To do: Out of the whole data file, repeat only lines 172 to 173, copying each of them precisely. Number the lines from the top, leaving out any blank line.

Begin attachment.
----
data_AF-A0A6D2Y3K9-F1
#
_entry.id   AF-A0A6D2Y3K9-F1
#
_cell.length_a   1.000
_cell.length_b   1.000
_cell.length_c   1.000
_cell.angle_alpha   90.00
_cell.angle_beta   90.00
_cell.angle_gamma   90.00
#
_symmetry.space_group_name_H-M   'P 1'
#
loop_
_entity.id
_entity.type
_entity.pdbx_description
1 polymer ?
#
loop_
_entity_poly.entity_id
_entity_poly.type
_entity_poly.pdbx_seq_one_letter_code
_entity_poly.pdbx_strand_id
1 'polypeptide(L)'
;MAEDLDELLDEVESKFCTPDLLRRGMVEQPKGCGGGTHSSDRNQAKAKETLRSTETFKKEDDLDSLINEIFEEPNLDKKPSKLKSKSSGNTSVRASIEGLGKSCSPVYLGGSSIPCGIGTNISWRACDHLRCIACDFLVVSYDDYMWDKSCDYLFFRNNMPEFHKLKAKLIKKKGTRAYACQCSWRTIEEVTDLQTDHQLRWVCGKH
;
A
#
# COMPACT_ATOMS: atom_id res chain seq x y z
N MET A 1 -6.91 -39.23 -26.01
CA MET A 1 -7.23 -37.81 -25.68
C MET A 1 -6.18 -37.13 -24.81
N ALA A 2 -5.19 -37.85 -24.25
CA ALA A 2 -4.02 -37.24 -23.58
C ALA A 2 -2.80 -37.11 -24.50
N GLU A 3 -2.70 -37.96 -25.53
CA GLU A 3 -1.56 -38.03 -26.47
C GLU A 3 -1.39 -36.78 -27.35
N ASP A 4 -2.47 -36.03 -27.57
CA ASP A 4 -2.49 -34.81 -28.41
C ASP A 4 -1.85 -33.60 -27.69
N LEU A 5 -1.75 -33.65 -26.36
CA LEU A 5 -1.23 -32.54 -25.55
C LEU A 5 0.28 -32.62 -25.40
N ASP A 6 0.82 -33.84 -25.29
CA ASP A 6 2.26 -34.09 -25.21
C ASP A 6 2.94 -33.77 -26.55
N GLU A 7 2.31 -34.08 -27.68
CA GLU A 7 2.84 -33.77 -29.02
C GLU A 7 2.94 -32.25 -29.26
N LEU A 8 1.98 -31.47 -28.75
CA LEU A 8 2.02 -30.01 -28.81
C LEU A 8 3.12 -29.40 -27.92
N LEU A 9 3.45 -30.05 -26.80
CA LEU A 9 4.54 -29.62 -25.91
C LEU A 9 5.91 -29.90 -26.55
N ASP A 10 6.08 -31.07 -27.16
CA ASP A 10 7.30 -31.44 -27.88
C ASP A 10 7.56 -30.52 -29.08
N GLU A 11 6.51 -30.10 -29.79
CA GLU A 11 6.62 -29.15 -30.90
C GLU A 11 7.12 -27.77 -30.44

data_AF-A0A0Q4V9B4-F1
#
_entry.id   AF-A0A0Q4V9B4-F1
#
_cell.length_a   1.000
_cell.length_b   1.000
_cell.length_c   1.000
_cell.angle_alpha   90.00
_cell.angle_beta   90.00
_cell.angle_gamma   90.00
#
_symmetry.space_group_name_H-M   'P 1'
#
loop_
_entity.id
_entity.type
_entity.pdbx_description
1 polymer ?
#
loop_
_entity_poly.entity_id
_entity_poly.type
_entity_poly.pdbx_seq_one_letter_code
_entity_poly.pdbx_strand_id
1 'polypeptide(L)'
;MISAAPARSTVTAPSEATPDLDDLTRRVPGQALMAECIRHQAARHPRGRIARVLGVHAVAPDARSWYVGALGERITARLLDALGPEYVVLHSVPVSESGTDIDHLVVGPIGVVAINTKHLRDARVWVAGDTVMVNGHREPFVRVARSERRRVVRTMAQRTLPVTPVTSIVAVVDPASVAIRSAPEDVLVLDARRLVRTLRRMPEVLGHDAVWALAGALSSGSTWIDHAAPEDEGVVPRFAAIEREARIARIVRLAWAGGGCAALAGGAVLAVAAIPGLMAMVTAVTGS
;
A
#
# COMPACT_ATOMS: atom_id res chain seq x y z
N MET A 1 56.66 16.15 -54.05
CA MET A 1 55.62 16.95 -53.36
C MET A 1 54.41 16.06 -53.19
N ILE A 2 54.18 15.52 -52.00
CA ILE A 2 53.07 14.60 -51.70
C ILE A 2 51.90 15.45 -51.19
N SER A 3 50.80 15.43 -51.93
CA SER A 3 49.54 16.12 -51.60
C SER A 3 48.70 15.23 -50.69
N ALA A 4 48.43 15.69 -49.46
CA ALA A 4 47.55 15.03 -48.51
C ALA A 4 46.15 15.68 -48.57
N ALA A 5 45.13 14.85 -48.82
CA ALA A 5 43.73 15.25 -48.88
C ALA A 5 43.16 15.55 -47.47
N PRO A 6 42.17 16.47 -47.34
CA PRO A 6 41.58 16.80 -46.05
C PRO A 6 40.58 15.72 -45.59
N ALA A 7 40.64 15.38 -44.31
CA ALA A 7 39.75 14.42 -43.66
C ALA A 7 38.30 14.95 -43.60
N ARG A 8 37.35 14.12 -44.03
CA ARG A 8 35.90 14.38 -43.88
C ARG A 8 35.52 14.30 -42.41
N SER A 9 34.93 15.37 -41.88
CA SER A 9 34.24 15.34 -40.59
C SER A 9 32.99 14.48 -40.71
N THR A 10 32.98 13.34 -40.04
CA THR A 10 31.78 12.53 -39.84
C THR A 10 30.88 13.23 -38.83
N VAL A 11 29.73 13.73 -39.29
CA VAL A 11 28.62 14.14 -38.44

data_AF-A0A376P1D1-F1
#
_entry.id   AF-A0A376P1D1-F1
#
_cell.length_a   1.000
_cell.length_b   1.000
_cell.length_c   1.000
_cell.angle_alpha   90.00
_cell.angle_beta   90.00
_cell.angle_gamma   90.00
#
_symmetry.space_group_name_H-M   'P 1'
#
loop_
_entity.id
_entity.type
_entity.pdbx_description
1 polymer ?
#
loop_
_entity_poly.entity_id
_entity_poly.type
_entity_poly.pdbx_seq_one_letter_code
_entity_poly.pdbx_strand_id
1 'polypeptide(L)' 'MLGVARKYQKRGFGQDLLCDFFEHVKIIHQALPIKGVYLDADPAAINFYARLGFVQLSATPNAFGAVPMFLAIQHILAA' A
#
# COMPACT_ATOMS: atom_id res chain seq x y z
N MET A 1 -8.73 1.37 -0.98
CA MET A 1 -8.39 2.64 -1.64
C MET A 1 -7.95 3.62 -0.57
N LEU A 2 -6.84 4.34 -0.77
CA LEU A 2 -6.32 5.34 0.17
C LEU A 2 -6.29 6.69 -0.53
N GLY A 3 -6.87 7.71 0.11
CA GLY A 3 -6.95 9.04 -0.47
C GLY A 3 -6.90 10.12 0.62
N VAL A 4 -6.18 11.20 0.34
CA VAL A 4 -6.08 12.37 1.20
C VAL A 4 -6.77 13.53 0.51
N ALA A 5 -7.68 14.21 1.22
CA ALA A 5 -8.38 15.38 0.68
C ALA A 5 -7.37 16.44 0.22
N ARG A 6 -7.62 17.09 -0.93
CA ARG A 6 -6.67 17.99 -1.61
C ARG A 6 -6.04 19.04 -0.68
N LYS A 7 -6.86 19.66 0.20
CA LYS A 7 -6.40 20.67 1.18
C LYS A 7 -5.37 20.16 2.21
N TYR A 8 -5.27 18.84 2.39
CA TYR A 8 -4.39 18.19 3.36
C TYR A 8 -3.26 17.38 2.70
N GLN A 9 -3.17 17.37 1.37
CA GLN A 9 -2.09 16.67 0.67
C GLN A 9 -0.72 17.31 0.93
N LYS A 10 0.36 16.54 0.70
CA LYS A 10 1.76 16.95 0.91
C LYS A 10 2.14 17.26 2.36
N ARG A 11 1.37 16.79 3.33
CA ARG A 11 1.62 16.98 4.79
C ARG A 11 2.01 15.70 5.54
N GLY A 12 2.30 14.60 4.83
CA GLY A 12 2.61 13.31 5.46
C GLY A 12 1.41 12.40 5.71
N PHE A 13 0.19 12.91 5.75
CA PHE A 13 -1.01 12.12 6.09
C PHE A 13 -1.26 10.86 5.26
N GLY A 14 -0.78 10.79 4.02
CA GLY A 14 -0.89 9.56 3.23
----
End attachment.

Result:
CA LYS A 7 -6.40 20.67 1.18
C LYS A 7 -5.37 20.16 2.21